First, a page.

Work to Zero, Safetytech Accelerator Share Results of Pilot Program to Advance Workplace Safety

The pilot program involved mitigating work-at-height risks through computer vision technology.

Kenna Carlsen
May 17, 2024

Our mission at the Work to Zero initiative, a National Safety Council program funded by the McElhattan Foundation, is to eliminate workplace fatalities through the use of technology. As innovation continues to advance year after year, safety progress is becoming even more achievable. To help us in this pursuit, Work to Zero partnered with Safetytech Accelerator in 2021 to enable small- to medium-sized companies to test and adopt safety technologies within their various industries. Recently, we concluded our first pilot program together, which yielded some noteworthy results in this quest to mitigate serious injuries on the job. 

Pilot Background

As part of the collaboration, Work to Zero and Safetytech Accelerator hosted their first-ever Safety Innovation Challenge in 2022, which focused on identifying solutions to prevent injuries associated with working at height, a leading cause of serious injuries and fatalities in the workplace. In fact, in 2021 alone, falls from height contributed to 645 workplace deaths, about 14% of total workplace fatalities, according to the Bureau of Labor Statistics. During the challenge, six companies showcased their technology solutions, including robotics, drones, computer vision and video analytics.

However, we didn’t want this important work to stop after the challenge, so Work to Zero and Safetytech Accelerator introduced a pilot program where one of the competing companies would partner with another organization to further explore how technology can prevent injuries when working at height. Ultimately, Service Center Metals, an aluminum extrusion and billet company, agreed to participate in the pilot. They selected Matroid, which specializes in software for building, deploying and managing computer vision detectors, to trial their technology. 

Pilot Results

From January to May 2023, Service Center Metals utilized Matroid’s computer vision technology within its shipping and receiving docks to detect damaged, missing or under-inflated safety airbags that help break potential falls during the loading and unloading process. Since workers climb on and off trucks up to 14 times per hour on average, these airbags are crucial to preventing workplace falls and injuries. Even though workers undergo regular safety training, more needed to be done to monitor the airbags and ensure everyone’s safety. That’s where Matroid’s computer vision technology made a significant difference for Service Center Metals, including:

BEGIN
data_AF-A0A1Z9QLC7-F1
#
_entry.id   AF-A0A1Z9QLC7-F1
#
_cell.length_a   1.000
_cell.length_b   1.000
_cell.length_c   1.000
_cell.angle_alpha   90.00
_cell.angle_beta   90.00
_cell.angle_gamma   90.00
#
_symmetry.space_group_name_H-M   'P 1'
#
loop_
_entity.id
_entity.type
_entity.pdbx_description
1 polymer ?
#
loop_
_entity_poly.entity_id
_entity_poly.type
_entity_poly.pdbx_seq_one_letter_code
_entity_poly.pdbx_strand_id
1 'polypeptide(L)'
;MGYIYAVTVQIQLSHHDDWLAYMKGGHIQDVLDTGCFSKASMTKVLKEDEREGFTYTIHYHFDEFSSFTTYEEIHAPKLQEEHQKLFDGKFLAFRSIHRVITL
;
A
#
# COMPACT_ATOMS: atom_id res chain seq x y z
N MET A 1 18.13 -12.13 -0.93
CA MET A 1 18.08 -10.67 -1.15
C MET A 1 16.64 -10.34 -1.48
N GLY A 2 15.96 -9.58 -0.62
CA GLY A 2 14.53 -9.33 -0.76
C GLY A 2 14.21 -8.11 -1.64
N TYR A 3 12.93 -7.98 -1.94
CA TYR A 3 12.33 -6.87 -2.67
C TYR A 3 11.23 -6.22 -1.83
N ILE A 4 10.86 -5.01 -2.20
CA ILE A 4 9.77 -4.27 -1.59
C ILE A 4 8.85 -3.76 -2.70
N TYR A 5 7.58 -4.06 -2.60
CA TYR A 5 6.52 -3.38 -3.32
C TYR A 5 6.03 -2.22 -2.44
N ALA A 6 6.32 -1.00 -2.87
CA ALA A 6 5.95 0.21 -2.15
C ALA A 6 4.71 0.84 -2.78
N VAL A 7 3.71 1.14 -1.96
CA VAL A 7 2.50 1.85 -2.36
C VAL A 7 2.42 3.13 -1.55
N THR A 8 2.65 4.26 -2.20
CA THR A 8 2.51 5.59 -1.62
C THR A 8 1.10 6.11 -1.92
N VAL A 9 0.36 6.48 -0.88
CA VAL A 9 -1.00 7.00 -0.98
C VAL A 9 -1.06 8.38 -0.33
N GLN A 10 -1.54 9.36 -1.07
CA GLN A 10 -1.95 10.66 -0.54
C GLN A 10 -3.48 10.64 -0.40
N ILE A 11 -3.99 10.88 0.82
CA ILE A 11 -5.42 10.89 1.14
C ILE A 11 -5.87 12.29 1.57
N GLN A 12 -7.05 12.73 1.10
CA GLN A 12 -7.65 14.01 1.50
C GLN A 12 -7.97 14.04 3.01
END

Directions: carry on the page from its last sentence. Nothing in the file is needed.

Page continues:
• In the two months following deployment of the technology into the loading bays, Service Center Metals reported zero near misses and injuries requiring first aid
  • A substantial increase in daily airbag compliance rates from 25% to more than 90%
  • A 400% increase in unsafe observations by workers because of the renewed focus on safety through the pilot program, allowing the team to dedicate more time to other safety challenges
  • Improving the company’s digital readiness from the adopting to the integrating phase, with evidence of overall improvements in safety compliance and workplace culture

Key Industry Learnings

The pilot program also presented several key findings that can help all employers as they look to implement technology-driven safety solutions in the workplace, including: 

  • Computer vision may be a viable tool for the early detection of critical safety risks
  • Piloting technology necessitates comprehensive planning and should be approached as an ongoing, iterative process of continuous improvement
  • Having a formal and informal communications strategy in place with employees, while operating with transparency and openness, can help streamline the implementation process for tech-related safety measures
  • Barriers to adoption may include resource constraints, employee buy-in and assessing the return on investment

To learn more about this pilot program, check out the video below, or read the full report: Safety Innovation Challenge: Mitigating Work at Height Risks Through Computer Vision Technology.

YouTube Video

Safety Innovation Challenge: Mitigating Work at Height Risks Through Computer Vision Technology

Kenna Carlsen

Kenna Carlsen is a senior research associate with the Work to Zero initiative at the National Safety Council.

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